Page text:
Dr. Bernard Badley, medical director of the province's Colon Cancer Prevention Program, said Thursday that a monitoring system that tracks the kits discovered about three months ago that positive test results had doubled.
He said the manufacturer looked into the issue after Badley's group notified them and determined that the chemical agent used to detect elevated levels of blood in samples was too sensitive.
Previously, Badley said about four or five people out of every 100 who took the test were found to have an abnormal amount of blood in their stool sample on average.
But the number of abnormal results doubled to about 10 out of 100 a few months ago, leading Badley to examine their own processes and then contact the manufacturer to have them look into the issue.
"It was twice as sensitive," he said of the chemical agent. "What this means is that some people through our program would have been advised to have a colonoscopy that wouldn't have been advised to do so (before)."
He stressed that there is no health risk associated with the test results, other than the inconvenience of having someone undergo a colonoscopy who may not have been advised to have one when the testing process was working properly.
Erika Nicholson, director of Cancer Prevention and Early Detection, said about 900 people could have received abnormal results in that three-month period. She said health district screening nurses would be informing people of the problem, but was still suggesting that they undergo a colonoscopy.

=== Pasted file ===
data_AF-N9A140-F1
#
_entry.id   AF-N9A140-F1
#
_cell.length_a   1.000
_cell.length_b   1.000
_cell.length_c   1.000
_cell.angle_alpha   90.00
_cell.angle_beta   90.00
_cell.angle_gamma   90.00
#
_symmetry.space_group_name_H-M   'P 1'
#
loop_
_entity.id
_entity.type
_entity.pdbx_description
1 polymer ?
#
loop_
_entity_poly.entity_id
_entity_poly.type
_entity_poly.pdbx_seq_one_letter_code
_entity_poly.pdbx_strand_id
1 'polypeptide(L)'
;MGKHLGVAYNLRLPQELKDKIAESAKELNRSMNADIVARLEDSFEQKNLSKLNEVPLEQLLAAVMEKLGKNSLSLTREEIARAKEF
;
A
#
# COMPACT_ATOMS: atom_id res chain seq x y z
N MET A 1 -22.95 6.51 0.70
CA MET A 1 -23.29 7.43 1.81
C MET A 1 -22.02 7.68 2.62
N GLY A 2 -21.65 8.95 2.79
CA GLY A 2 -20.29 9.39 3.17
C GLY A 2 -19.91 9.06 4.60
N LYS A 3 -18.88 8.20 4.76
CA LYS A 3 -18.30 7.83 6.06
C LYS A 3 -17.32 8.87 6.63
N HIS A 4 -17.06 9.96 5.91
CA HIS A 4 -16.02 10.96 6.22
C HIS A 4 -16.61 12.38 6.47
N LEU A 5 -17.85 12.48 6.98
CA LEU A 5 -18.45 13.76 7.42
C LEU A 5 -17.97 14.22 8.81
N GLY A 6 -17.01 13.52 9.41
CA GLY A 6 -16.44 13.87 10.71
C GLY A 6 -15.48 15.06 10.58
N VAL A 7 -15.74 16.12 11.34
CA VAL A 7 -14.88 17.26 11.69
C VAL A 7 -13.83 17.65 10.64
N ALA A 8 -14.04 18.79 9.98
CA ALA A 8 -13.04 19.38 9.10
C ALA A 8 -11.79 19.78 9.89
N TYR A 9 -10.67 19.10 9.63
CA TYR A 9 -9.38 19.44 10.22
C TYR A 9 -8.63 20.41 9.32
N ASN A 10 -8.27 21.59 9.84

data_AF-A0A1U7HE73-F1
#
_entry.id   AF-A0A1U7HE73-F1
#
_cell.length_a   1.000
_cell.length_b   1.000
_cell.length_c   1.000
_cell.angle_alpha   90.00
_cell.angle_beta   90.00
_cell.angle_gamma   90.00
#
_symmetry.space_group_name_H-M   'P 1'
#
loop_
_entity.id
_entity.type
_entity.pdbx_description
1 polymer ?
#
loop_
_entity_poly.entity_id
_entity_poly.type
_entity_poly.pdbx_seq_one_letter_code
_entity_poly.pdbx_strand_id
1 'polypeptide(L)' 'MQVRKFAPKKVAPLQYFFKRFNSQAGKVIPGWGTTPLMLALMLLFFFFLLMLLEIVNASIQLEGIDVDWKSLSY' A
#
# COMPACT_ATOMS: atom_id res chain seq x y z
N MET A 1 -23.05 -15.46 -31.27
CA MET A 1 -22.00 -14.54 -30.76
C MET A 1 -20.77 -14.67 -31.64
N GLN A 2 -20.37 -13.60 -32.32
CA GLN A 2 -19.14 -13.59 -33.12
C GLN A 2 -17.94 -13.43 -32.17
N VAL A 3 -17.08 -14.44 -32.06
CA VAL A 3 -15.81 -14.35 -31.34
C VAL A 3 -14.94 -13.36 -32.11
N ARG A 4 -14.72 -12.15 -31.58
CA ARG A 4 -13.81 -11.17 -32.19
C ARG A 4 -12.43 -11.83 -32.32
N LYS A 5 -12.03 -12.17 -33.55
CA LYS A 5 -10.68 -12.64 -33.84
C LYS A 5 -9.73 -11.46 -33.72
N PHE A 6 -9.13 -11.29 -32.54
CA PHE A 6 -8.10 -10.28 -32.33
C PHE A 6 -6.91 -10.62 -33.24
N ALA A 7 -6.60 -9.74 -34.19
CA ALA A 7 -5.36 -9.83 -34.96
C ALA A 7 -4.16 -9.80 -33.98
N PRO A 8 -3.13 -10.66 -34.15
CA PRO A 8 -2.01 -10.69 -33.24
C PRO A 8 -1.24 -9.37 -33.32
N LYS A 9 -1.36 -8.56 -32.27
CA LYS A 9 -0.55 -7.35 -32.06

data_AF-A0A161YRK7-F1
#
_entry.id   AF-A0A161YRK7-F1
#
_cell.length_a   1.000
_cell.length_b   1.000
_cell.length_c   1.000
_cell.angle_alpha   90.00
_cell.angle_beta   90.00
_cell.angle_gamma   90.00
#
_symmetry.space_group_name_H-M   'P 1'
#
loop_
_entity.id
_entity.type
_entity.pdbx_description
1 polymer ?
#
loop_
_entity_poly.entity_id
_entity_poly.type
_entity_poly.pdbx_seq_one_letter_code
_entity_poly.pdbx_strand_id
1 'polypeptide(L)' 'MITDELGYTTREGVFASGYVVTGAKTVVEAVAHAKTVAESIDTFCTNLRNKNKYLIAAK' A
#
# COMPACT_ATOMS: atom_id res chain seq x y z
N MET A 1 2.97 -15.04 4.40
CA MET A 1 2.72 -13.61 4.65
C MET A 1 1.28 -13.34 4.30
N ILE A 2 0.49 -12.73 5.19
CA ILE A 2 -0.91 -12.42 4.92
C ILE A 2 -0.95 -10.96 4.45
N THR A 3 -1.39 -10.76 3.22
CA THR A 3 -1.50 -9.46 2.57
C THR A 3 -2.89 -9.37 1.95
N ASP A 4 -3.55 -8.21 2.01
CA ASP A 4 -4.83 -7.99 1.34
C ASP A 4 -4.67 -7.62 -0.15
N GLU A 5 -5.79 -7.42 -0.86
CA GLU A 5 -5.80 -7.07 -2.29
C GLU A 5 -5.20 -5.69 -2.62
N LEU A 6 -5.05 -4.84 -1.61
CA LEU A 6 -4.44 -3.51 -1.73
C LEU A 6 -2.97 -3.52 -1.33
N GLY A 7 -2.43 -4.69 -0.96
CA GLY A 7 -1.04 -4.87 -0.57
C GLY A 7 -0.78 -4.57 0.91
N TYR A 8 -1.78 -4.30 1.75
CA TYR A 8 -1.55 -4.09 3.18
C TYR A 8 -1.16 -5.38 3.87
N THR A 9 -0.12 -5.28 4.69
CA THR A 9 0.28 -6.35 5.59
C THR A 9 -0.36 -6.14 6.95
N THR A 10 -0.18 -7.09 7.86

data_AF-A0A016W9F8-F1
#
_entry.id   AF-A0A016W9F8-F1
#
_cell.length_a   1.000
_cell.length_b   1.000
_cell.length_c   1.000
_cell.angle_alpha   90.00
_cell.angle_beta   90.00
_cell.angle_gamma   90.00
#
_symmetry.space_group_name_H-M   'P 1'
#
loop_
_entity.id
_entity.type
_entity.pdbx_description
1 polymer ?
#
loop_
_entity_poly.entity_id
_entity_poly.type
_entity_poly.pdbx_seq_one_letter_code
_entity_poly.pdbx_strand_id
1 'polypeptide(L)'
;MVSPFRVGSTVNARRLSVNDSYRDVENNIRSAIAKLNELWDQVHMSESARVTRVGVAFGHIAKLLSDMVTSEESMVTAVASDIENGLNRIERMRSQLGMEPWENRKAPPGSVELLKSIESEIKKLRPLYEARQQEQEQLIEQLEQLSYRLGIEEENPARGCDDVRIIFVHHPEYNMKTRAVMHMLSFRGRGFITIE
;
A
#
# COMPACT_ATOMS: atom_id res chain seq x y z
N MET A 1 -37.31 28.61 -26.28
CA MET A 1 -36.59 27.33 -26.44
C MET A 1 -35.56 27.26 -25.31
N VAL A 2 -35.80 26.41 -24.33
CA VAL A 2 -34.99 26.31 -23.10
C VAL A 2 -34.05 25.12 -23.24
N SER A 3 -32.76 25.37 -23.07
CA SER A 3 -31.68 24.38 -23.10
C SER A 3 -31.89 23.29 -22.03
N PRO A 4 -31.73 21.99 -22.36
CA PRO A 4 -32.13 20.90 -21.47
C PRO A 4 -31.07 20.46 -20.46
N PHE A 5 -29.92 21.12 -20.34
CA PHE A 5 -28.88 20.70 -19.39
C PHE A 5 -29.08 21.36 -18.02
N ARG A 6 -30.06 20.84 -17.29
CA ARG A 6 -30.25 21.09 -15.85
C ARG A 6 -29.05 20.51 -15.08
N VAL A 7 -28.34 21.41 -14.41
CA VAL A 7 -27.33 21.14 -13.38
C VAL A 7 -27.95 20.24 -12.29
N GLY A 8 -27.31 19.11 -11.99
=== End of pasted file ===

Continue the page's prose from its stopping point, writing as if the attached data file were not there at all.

Mary Luthy, a spokeswoman for Beckman Coulter, the company that manufacturers the agent, said they are investigating the matter but that the product is "meeting its release specifications."
Badley said the home screening tests won't be mailed out until the supplier has fixed the problem, which he expects will be done in six months.
The screening tests, which were introduced in the province about four years ago, look for hidden blood in stool which may be a sign of cancer.
Badley explained that colon cancer develops from abnormal growths in the colon, called polyps. As they increase in size, they can bleed. If the amount of blood is abnormally high, it can be a sign that cancer could develop and a colonoscopy is used to identify the source of the blood loss.
The home tests go out to people between the age of 50 and 74 and it's recommended it be done every two years. Badley said people can still get tested by their doctor while the home tests are suspended.
Nicholson said about 2,000 kits would normally go out a week and about 30 per cent of those are returned.
Note to readers: This is a corrected story. A previous version said in the headline that the program has been halted after false test results.